Too big to fail? Judge accepts WakeMed settlement

U.S. District Judge Terrence W. Boyle accepted a deferred prosecution agreement between WakeMed Health and Hospital Systems and the U.S. Attorney in which WakeMed acknowledged systematically billing outpatient cardiac procedures as inpatient procedures, paid $8 million, submitted to monitoring and agreed to implement an extensive corporate integrity plan.

After hearings on Jan. 17 and Feb. 5, the judge issued the order accepting the agreement on Feb. 8.

The U.S. Attorney filed a criminal indictment against WakeMed in December, alleging that WakeMed billed Medicare for zero-day or one-day inpatient admissions for patients undergoing routine outpatient cardiac procedures. Procedures were billed as inpatient procedures even when referring physicians designated the patient as an outpatient. The deferred prosecution agreement permits WakeMed to settle the criminal charges relating to the false inpatient billing without prosecution and without impairing its status as a Medicare and Medicaid provider.

The judge refused to accept the agreement at the January hearing. According to news reports he questioned why the prosecutors had offered a deferred prosecution agreement rather than accept a guilty plea and propose a deferred sentencing agreement. Reports also indicated that he questioned why the government was not seeking to debar WakeMed from the Medicare and Medicaid programs.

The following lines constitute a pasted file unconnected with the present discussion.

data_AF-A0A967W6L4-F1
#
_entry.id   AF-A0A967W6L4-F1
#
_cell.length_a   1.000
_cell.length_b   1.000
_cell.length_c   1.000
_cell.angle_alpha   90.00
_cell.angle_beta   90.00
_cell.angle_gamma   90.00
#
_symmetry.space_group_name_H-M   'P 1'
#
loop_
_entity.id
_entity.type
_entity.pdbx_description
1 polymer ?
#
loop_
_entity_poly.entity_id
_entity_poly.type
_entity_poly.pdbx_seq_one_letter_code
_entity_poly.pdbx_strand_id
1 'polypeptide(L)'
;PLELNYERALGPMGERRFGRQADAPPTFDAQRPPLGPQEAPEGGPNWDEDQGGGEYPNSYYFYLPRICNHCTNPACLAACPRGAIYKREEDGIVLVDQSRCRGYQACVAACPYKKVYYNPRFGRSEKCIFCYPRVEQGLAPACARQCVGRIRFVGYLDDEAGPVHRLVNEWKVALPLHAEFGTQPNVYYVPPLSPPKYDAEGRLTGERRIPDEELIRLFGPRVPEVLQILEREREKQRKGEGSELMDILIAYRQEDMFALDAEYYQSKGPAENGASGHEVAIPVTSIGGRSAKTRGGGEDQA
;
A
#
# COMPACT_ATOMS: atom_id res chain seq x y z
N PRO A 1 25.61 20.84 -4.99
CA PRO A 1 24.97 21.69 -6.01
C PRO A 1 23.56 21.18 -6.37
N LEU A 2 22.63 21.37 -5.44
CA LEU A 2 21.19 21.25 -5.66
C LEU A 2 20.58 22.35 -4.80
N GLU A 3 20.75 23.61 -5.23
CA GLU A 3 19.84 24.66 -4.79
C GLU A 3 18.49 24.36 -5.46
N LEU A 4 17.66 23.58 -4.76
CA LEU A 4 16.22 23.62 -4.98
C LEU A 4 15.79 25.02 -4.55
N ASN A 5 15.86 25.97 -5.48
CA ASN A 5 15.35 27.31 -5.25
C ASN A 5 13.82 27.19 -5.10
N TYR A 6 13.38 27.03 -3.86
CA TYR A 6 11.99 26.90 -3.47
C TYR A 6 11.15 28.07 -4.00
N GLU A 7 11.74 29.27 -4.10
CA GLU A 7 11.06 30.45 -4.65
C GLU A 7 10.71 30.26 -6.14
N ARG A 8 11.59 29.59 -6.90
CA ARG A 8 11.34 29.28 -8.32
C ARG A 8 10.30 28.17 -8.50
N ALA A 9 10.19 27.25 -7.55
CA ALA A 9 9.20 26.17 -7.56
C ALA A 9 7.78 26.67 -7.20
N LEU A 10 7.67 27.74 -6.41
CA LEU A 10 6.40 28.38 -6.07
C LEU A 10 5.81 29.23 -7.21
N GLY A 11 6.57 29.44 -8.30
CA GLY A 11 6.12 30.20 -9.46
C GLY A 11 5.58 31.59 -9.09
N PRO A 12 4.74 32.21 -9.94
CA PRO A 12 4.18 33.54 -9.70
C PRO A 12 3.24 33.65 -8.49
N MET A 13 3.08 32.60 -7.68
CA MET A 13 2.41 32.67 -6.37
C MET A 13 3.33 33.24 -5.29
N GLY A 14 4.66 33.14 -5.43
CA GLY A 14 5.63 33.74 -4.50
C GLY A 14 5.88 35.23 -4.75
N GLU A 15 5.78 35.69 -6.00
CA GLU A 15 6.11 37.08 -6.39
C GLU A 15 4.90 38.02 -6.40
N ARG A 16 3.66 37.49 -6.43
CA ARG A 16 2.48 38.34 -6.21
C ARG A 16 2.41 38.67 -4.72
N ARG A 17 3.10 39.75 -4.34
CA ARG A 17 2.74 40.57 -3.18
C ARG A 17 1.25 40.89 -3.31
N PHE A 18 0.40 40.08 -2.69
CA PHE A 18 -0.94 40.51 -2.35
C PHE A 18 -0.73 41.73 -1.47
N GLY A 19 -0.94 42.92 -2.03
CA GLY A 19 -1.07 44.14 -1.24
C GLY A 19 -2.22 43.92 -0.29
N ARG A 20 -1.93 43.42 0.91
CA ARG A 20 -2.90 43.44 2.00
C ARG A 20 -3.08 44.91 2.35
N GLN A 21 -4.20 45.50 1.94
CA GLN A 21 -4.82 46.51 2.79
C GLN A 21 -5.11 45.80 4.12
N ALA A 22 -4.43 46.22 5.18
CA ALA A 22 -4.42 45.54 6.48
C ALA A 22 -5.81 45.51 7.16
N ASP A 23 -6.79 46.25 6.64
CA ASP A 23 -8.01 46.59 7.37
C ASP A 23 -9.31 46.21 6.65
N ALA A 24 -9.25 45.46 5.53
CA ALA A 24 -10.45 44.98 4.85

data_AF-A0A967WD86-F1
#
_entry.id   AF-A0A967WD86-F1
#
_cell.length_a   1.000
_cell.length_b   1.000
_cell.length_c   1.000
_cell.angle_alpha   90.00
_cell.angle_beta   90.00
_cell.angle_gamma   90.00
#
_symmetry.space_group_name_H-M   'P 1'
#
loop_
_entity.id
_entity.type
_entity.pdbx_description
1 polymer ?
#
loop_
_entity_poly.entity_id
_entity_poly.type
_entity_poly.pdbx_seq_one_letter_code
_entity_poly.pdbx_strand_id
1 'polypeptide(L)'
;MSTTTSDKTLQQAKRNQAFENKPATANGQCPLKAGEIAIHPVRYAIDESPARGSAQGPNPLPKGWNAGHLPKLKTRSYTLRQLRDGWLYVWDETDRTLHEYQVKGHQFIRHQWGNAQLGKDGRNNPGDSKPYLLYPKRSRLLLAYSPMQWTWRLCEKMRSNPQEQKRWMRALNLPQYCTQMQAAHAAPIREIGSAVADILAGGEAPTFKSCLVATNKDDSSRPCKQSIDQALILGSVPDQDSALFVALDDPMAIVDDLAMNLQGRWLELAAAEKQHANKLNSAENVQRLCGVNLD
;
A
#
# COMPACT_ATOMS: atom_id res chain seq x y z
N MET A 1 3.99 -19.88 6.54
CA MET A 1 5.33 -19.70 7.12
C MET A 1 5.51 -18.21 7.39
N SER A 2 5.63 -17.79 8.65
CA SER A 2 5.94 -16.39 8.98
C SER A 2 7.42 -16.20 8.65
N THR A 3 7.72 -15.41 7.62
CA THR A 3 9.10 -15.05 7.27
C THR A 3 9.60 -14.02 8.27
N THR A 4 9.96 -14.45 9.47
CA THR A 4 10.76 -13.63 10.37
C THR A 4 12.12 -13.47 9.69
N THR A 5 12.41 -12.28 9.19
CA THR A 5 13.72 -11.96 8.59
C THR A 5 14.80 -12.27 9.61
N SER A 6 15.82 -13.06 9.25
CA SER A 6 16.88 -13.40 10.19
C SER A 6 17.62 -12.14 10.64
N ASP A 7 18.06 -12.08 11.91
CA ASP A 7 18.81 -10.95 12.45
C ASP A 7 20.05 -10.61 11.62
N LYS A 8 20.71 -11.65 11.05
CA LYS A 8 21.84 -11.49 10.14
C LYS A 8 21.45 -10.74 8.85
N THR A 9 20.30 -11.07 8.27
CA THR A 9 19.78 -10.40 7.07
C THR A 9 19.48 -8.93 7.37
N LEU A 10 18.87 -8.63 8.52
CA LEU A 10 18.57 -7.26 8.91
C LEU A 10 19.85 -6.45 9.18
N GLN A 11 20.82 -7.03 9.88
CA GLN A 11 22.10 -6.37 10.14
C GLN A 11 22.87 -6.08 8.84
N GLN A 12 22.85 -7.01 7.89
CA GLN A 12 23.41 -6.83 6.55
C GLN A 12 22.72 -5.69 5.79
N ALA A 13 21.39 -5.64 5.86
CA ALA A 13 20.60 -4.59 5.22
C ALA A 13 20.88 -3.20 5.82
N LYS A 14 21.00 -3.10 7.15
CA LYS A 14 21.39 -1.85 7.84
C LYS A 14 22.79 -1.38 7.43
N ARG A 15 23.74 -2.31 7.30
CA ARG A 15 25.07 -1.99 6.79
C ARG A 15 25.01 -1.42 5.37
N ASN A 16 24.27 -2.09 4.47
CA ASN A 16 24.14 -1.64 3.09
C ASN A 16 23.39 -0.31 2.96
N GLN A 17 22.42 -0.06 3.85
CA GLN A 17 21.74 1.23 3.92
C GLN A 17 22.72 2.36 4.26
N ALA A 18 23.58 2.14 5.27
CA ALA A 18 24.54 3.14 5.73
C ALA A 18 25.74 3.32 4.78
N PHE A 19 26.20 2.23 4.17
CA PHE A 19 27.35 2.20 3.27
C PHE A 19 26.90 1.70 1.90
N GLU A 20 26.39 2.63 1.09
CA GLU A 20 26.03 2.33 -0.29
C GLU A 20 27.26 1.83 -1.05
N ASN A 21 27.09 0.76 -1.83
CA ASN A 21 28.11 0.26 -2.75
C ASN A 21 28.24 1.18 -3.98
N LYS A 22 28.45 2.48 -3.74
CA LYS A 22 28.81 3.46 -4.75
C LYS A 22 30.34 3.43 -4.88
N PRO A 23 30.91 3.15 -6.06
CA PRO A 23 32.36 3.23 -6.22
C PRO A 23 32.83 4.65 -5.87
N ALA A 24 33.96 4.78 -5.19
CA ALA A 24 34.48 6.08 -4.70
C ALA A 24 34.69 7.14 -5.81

The judge addressed these concerns in his order accepting the agreement, explaining that “the wrongdoing set forth in the statement of facts actually occurred and ... the defendant is responsible for the actions of its officers, directors, and those in its employ,” and that “the statement of facts can be used against defendant at trial in the event of a breach of the agreement.” He noted as well that "the Court is satisfied that nothing in the agreement would prevent the government from investigating and prosecuting any additional fraud or misstatement discovered to have occurred in any other area or department of WakeMed."

But the judge continued that he “had considered the equities at issue,” specifically that excluding WakeMed from Medicare and Medicaid would harm “blameless” healthcare providers and employees of WakeMed, and “the provision of essential healthcare would be interrupted and the needs of the underprivileged in the surrounding area would be drastically and inhumanely curtailed should defendant be forced to close its doors as a result of the instant prosecution.”

The order requires that the parties submit periodic status reports to the court, and allows the court to conduct a hearing after 12 months, “to determine whether the deferral of prosecution is being properly managed.” If WakeMed fully complies with the terms of the deferred prosecution agreement, the criminal charges will be dismissed 25 months after the date of Boyle's order, which would be March 8, 2015.